Cancer Drug Alzheimers

February 11, 2012 by staff 

Cancer Drug Alzheimers, A widely available cancer drug has shown remarkable success in reversing Alzheimer’s disease in mice, raising hope of a breakthrough against incurable dementia in humans, US researchers said Thursday.
Mice treated with the drug, known as bexarotene, became rapidly smarter and the plaque in their brains that was causing Alzheimer’s started to disappear within hours, said the research in the US journal Science.

“We were shocked and amazed,” lead author Gary Landreth, a professor in the Department of Neurosciences at Case Western Reserve University School of Medicine in Ohio, told AFP.

“Things like this had never, ever been seen before,” he said.

The drug works by boosting levels of a protein, Apolipoprotein E (ApoE), that helps clear amyloid plaque buildup in the brain, a key hallmark of Alzheimer’s disease.

“Think of this as a garbage disposal,” Landreth said.

“When we are young and healthy, all of us can basically get rid of this (amyloid) and degrade it and grind it into small bits and it gets cleared.

“Many of us will be unable to do this as efficiently as we age. And this is associated with mental decline or cognitive impairment.”

Six hours after mice got the drug, which works through the liver to boost retinoid X receptors (RXR), stimulating production of ApoE in the brain, soluble amyloid levels fell 25 percent, ultimately reaching a 75 percent drop.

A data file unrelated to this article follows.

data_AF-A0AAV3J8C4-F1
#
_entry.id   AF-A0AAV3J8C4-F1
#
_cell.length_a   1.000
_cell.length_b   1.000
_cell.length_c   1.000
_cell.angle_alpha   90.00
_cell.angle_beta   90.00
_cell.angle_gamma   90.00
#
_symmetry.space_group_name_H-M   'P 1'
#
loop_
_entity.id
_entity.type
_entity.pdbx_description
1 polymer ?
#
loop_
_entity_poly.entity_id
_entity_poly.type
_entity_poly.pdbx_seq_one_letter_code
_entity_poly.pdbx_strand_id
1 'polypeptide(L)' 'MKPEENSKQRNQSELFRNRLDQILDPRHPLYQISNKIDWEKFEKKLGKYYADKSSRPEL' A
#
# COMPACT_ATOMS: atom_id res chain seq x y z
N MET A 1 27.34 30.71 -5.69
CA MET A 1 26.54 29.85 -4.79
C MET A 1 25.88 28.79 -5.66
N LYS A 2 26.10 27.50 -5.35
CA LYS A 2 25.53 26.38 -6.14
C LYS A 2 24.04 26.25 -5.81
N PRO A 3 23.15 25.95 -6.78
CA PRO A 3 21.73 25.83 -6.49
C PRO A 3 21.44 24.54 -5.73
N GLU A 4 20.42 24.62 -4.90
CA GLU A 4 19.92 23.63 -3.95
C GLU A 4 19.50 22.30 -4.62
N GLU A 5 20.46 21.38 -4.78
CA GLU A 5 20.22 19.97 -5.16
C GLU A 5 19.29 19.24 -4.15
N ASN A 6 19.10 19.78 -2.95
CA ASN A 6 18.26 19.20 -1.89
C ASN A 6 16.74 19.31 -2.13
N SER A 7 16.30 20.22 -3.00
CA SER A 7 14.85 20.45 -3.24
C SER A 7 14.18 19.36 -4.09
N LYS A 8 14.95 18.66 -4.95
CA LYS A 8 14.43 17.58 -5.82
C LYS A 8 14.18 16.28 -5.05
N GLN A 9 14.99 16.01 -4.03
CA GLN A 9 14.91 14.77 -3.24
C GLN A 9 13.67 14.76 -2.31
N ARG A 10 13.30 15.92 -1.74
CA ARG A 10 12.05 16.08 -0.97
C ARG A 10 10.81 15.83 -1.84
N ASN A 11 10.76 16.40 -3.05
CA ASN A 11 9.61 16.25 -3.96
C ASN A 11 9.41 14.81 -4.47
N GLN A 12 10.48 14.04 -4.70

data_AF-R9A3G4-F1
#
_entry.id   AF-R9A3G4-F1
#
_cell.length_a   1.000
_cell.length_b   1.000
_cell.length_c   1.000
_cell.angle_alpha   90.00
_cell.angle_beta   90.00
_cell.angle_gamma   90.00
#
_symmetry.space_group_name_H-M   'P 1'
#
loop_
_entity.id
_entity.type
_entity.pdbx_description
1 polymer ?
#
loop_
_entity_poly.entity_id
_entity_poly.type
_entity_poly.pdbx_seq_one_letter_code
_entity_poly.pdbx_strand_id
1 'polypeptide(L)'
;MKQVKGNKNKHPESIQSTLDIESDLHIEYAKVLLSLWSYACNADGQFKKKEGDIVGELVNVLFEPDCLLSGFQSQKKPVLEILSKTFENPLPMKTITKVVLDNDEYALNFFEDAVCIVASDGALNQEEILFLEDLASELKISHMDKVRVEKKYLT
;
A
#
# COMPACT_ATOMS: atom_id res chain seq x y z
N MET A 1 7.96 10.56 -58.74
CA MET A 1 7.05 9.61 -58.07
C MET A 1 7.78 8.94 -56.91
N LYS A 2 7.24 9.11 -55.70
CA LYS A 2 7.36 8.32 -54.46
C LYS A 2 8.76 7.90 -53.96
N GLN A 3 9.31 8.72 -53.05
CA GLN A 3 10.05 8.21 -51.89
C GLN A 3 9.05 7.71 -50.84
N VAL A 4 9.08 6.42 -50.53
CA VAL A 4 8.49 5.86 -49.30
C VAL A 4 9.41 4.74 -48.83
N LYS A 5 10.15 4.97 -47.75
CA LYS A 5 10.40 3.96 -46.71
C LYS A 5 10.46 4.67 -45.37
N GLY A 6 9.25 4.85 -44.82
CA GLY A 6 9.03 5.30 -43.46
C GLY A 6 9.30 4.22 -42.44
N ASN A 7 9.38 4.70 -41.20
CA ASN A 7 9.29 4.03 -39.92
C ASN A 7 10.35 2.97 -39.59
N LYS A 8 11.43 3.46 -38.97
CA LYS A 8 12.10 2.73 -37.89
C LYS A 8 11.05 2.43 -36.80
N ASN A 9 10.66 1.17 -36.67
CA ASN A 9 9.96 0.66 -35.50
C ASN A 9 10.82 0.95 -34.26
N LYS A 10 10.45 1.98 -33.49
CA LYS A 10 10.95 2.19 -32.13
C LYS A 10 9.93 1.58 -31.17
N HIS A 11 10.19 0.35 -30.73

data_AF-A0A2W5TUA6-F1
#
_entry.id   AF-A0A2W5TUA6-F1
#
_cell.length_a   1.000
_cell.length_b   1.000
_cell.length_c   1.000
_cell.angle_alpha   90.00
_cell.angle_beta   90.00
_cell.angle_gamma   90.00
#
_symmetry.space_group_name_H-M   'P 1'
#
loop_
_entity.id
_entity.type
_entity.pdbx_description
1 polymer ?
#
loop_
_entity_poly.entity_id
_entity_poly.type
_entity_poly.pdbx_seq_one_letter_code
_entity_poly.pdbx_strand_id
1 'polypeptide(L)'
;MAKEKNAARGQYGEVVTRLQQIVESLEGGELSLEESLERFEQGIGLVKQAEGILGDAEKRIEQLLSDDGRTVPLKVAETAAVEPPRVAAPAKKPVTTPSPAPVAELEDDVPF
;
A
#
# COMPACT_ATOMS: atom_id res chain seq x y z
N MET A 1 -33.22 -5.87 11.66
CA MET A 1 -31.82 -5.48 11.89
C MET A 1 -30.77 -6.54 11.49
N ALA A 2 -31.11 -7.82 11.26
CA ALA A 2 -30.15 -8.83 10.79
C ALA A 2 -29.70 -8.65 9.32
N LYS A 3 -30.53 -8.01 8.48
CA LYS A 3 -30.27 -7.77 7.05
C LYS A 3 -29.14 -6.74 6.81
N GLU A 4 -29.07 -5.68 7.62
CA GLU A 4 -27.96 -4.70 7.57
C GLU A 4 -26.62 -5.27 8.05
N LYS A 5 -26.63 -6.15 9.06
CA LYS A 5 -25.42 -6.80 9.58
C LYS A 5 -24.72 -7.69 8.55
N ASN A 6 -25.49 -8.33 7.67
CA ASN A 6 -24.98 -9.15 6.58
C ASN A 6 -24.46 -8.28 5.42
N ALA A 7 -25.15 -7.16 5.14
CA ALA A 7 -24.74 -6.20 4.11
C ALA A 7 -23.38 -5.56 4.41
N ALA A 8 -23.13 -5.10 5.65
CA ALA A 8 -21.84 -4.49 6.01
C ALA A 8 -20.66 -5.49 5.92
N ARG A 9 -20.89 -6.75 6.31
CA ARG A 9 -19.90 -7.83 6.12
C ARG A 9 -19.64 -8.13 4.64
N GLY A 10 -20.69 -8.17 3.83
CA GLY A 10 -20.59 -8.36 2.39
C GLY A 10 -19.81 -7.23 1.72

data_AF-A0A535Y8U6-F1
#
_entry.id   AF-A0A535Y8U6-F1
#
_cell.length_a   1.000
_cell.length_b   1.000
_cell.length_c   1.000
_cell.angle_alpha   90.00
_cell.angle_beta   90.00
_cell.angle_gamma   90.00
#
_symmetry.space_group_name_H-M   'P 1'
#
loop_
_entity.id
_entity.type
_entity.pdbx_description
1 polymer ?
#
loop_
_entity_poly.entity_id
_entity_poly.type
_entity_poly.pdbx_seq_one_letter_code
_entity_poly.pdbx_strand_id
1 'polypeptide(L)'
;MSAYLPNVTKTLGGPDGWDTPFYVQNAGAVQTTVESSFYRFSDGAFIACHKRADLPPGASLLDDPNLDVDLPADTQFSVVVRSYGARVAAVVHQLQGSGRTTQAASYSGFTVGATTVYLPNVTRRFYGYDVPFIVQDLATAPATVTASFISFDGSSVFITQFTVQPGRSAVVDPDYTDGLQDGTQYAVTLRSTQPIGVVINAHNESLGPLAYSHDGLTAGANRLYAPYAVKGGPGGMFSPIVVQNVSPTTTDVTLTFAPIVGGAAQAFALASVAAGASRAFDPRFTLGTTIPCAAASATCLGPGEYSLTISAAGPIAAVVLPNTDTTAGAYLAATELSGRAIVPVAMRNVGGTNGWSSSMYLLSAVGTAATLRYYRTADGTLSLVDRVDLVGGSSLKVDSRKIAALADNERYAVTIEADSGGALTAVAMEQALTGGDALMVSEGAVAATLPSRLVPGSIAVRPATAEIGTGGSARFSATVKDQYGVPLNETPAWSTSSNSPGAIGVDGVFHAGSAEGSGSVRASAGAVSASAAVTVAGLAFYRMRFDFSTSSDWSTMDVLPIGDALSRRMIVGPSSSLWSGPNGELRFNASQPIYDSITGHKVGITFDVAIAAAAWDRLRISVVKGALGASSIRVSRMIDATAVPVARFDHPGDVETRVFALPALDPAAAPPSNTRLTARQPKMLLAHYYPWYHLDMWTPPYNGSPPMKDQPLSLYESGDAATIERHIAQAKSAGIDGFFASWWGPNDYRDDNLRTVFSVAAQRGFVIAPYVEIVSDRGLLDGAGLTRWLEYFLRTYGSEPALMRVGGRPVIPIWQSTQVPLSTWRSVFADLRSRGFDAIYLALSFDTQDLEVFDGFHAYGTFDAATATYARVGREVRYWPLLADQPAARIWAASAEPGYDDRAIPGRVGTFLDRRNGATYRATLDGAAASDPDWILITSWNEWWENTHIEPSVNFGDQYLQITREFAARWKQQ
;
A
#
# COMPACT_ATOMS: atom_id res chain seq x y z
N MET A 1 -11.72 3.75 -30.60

The effect lasted up to three days, said the study.

Soon after taking the drug, mice began performing better in tests, showing that they were able to remember things again, were more social and were able to smell again, a sense that is commonly lost in Alzheimer’s.

Also, unlike normal mice, Alzheimer’s mice will not usually build nests if given tissue paper in their cage, as if they have forgotten to associate paper with the opportunity to nest.

But 72 hours after treatment, the Alzheimer’s mice began to build nests again.

“They are not great nests but they are nests nonetheless,” added Landreth, suggesting that if the drug can be shown to work in humans it might be best targeted at people in the early stages of the disease.

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